Bridge Management System in Sabah

DOI : 10.17577/IJERTV3IS080833

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Bridge Management System in Sabah

S. Dullah Faculty of Engineering,

Universiti Malaysia Sabah, Jalan UMS, 88400 Sabah, Malaysia

M. K. N. Jausus Faculty of Engineering

Universiti Malaysia Sabah, Jalan UMS, 88400 Sabah, Malaysia

H.Ghazali Faculty of Engineering,

Universiti Malaysia Sabah, Jalan UMS, 88400 Sabah, Malaysia

AbstractA good bridge management starts with good information on bridge conditions. In many developed and developing countries, including Malaysia, a bridge management system has been implemented for the maintenance of bridge structure. This paper discusses the components of bridge management system in Sabah, its advantages and disadvantages of the system. Comparison on various bridge management systems in established countries are also discuss in order to provide ways to improve the existing system in Sabah. This paper will also discuss the new system which can use to overcome the weakness of the existing system. The methodology used to conduct this study includes literature search and interview with the professional involved on bridge management system in Sabah.

Keywordsbridge management system, components, advantages, disadvantage, sabah


    Bridges are important links in any national road or rail network, and the fund required to build them is high. If its carrying capacity is impaired or collapsed, resulting cost as a result of road closure and rehabilitation could double [1]. Bridges are susceptible to many defects during their service lives [2]. A great numbers of Malaysian bridges built some 40 years ago are showing varying degrees of deterioration. This situation is not unique to Malaysia. Indeed many countries are facing similar problem. Hence, in many developed and developing countries, including Malaysia, a bridge management system (BMS) has been implemented for the maintenance of bridge structure. This project researches and investigates the maintenance technology and system on bridges.

    This project also focuses on ways or methods that can be added or replaced with outdated process/procedures in the existing bridge management system in order to improve the system itself. A study on various bridge management systems in established countries are conducted in order to provide

    ways to improve the existing system. It will also serve as a comparison between BMS of other developed countries to the BMS used in Malaysia, particularly Sabah.

    Interviews are conducted to collect data on the nature of the bridge management system being implemented, understand the practices used for determining bridge conditions and the advantages and disadvantages of the current BMS. End results will provide detailed information on the bridge management systems in Sabahs urban areas, with suggestions on improvement of the system wherever possible.

    Objectives of this study include:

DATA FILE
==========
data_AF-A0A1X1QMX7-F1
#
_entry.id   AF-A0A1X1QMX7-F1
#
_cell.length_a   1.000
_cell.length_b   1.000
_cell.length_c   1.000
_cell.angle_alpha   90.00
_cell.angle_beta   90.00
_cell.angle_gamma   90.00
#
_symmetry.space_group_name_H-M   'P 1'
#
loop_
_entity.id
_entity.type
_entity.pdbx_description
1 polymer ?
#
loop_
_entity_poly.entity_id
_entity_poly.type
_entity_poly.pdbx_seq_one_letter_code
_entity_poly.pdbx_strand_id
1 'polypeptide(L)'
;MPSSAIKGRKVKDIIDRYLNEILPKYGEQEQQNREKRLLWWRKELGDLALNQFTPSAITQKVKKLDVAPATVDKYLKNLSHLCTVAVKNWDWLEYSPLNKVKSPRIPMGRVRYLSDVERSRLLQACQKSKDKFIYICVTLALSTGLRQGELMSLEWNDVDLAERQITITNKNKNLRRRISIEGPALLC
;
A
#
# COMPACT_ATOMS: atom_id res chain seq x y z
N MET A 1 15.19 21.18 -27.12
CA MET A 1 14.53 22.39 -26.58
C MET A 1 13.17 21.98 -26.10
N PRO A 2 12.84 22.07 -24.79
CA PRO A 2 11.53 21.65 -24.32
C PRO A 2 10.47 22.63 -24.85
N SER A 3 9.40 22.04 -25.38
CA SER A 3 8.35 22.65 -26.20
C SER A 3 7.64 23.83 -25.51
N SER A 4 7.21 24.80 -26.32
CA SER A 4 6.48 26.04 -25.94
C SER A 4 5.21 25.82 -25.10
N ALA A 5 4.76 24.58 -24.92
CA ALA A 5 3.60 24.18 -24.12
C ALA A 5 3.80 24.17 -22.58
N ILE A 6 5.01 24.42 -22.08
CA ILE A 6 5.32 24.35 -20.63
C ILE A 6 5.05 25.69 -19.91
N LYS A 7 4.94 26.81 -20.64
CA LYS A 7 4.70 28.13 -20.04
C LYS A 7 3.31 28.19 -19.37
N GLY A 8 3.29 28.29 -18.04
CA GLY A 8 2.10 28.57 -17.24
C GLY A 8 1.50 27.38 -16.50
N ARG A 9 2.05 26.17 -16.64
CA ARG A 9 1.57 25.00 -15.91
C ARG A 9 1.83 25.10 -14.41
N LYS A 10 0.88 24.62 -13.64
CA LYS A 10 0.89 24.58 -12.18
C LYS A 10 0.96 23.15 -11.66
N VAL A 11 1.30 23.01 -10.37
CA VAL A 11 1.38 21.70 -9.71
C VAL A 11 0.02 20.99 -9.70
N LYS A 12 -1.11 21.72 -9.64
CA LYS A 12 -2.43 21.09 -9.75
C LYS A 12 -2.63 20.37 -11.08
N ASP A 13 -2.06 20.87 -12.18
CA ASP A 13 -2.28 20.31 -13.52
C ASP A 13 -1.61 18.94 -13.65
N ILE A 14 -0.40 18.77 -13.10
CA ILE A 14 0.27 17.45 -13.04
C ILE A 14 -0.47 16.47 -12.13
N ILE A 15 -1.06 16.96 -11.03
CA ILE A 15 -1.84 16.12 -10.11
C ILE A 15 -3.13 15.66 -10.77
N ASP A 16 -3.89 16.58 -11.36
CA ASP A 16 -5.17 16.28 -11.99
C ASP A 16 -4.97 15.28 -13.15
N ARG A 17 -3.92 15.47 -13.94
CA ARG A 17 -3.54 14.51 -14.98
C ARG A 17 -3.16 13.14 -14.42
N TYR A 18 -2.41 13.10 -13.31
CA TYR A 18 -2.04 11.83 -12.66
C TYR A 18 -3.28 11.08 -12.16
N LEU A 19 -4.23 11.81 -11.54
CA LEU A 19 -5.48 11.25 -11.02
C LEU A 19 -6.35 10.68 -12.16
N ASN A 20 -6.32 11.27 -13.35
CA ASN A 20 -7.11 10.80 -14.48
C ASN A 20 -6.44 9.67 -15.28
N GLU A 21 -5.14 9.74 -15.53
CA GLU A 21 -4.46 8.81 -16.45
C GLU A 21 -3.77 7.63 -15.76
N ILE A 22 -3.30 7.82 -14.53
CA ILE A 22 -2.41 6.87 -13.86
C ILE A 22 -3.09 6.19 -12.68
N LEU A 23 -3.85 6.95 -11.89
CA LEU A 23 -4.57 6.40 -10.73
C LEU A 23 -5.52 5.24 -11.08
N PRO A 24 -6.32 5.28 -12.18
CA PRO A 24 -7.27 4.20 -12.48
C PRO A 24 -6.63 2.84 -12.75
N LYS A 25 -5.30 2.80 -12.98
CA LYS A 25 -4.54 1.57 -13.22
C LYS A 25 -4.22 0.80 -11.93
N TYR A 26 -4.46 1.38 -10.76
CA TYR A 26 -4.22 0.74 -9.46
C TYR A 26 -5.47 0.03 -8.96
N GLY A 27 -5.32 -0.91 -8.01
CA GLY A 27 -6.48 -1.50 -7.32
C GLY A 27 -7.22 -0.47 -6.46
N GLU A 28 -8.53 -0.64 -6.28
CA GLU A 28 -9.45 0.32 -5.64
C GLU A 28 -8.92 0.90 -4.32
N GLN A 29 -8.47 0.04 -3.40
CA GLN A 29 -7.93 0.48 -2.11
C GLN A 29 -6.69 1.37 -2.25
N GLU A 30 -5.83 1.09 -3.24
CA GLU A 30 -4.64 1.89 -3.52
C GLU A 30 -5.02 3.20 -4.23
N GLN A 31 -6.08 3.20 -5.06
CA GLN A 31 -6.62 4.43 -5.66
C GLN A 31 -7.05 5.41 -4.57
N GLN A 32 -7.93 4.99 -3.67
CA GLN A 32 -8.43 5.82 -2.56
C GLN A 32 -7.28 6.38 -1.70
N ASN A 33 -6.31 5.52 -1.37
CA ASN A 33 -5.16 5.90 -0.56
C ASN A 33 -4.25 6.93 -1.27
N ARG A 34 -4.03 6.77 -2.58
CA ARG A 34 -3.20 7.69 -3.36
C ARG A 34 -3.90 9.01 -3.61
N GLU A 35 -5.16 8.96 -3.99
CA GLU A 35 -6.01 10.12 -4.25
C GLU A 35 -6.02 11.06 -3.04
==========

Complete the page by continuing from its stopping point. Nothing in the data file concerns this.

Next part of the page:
1. To investigate the components of bridge management system (BMS) in Sabah.

    2. To identify the advantages and disadvantages of BMS in Sabah

    3. To suggest measures to improve BMS used in Sabah.


    1. Definitions of Bridge Management System

      The following is a list of definitions of BMS according to different authors.

      1. Assisting decision makers in maximizing the safety, serviceability and functionality of bridge networks within the available budget by making cost-effective maintenance, rehabilitation, and replacement (MR&R) decisions [3].

      2. A tool designed to help maximize the use of available information for the inspection, rehabilitation, and replacement of bridges and optimal time to perform necessary improvements for any bridge [4].

      3. A decision support tool that supplies analyses and summary data, uses mathematical models to make predictions and recommendations, and provides the means by which alternative policies and programs may be efficiently considered [5].

    2. Main Functions of BMS

      Function of BMS:

      1. To develop strategies to improve bridge owners sustainability in the maintenance and enhancement of its bridge and culvert infrastructure assets, to reduce exposure to public risk and to satisfy legislative requirements.

      2. To determine future cash flow requirements for the replacement and rehabilitation of bridge infrastructure assets.

      3. To continuously improve inventory information including data on the condition and performance of bridge owners bridge assets.

      4. To adopt appropriate renewal and maintenance programs to maintain low life-cycle costs for the community.

      5. To review maintenance and rehabilitation strategies to improve the economic life of the infrastructure assets.

      6. To review and improve the bridge management system used to manage the bridge owners bridge assets.

      7. To effectively manage the level of service and condition for bridge owners bridge assets.

    3. Introduction to Components of a Bridge Management System

      The most basic component or module that is present even in the most lacking of BMS is the inspection module and inventory module. Since usually the inventory or the database is referred to as the heart of a BMS, it would be considered the most important component in a BMS. For the database to be functional, it must have data input in it. These data are collected via inspection.

      The maintenance component refers to the maintenance- related options that can be provided or assisted by the system itself, such as an embedded decision-making tool in the system. Life cycle cost recorded all the cost associated in the life cycle of a bridge structure and usually assist maintenance module in the decision making. The prediction model is common in any new developed system but not so much in the old one. All these components will be elaborated more.